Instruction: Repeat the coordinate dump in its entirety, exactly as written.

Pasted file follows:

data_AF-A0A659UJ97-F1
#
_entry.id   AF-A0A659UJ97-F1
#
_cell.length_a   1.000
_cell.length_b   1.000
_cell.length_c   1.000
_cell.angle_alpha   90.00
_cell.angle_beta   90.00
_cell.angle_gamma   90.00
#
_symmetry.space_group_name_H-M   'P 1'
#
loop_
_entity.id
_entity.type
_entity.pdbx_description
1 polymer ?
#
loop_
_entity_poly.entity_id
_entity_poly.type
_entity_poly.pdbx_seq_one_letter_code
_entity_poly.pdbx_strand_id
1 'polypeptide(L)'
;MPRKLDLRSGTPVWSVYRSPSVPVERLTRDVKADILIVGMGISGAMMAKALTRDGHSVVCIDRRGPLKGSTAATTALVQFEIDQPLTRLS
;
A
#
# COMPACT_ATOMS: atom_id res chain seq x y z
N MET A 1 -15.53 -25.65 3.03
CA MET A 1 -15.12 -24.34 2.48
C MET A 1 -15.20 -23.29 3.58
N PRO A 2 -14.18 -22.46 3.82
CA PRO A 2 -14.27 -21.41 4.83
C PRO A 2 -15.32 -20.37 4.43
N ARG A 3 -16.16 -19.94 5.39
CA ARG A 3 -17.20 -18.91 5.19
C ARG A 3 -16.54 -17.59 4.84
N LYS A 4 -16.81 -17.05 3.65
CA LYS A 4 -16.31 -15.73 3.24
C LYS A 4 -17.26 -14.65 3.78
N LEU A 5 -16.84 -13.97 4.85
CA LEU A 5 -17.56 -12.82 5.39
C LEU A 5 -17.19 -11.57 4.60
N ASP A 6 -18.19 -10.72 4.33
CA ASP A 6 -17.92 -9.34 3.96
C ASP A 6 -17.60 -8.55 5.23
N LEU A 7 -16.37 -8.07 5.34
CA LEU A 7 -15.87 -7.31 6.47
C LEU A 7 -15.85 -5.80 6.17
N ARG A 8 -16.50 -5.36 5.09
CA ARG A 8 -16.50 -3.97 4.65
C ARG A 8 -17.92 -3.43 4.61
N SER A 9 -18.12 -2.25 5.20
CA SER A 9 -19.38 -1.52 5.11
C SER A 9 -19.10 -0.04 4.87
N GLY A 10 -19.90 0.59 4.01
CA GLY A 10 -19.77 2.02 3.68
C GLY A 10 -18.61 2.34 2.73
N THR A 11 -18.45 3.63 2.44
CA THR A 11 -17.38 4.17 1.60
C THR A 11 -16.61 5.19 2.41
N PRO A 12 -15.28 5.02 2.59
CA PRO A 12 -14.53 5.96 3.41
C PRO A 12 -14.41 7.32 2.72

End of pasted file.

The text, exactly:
data_AF-A0A659UJ97-F1
#
_entry.id   AF-A0A659UJ97-F1
#
_cell.length_a   1.000
_cell.length_b   1.000
_cell.length_c   1.000
_cell.angle_alpha   90.00
_cell.angle_beta   90.00
_cell.angle_gamma   90.00
#
_symmetry.space_group_name_H-M   'P 1'
#
loop_
_entity.id
_entity.type
_entity.pdbx_description
1 polymer ?
#
loop_
_entity_poly.entity_id
_entity_poly.type
_entity_poly.pdbx_seq_one_letter_code
_entity_poly.pdbx_strand_id
1 'polypeptide(L)'
;MPRKLDLRSGTPVWSVYRSPSVPVERLTRDVKADILIVGMGISGAMMAKALTRDGHSVVCIDRRGPLKGSTAATTALVQFEIDQPLTRLS
;
A
#
# COMPACT_ATOMS: atom_id res chain seq x y z
N MET A 1 -15.53 -25.65 3.03
CA MET A 1 -15.12 -24.34 2.48
C MET A 1 -15.20 -23.29 3.58
N PRO A 2 -14.18 -22.46 3.82
CA PRO A 2 -14.27 -21.41 4.83
C PRO A 2 -15.32 -20.37 4.43
N ARG A 3 -16.16 -19.94 5.39
CA ARG A 3 -17.20 -18.91 5.19
C ARG A 3 -16.54 -17.59 4.84
N LYS A 4 -16.81 -17.05 3.65
CA LYS A 4 -16.31 -15.73 3.24
C LYS A 4 -17.26 -14.65 3.78
N LEU A 5 -16.84 -13.97 4.85
CA LEU A 5 -17.56 -12.82 5.39
C LEU A 5 -17.19 -11.57 4.60
N ASP A 6 -18.19 -10.72 4.33
CA ASP A 6 -17.92 -9.34 3.96
C ASP A 6 -17.60 -8.55 5.23
N LEU A 7 -16.37 -8.07 5.34
CA LEU A 7 -15.87 -7.31 6.47
C LEU A 7 -15.85 -5.80 6.17
N ARG A 8 -16.50 -5.36 5.09
CA ARG A 8 -16.50 -3.97 4.65
C ARG A 8 -17.92 -3.43 4.61
N SER A 9 -18.12 -2.25 5.20
CA SER A 9 -19.38 -1.52 5.11
C SER A 9 -19.10 -0.04 4.87
N GLY A 10 -19.90 0.59 4.01
CA GLY A 10 -19.77 2.02 3.68
C GLY A 10 -18.61 2.34 2.73
N THR A 11 -18.45 3.63 2.44
CA THR A 11 -17.38 4.17 1.60
C THR A 11 -16.61 5.19 2.41
N PRO A 12 -15.28 5.02 2.59
CA PRO A 12 -14.53 5.96 3.41
C PRO A 12 -14.41 7.32 2.72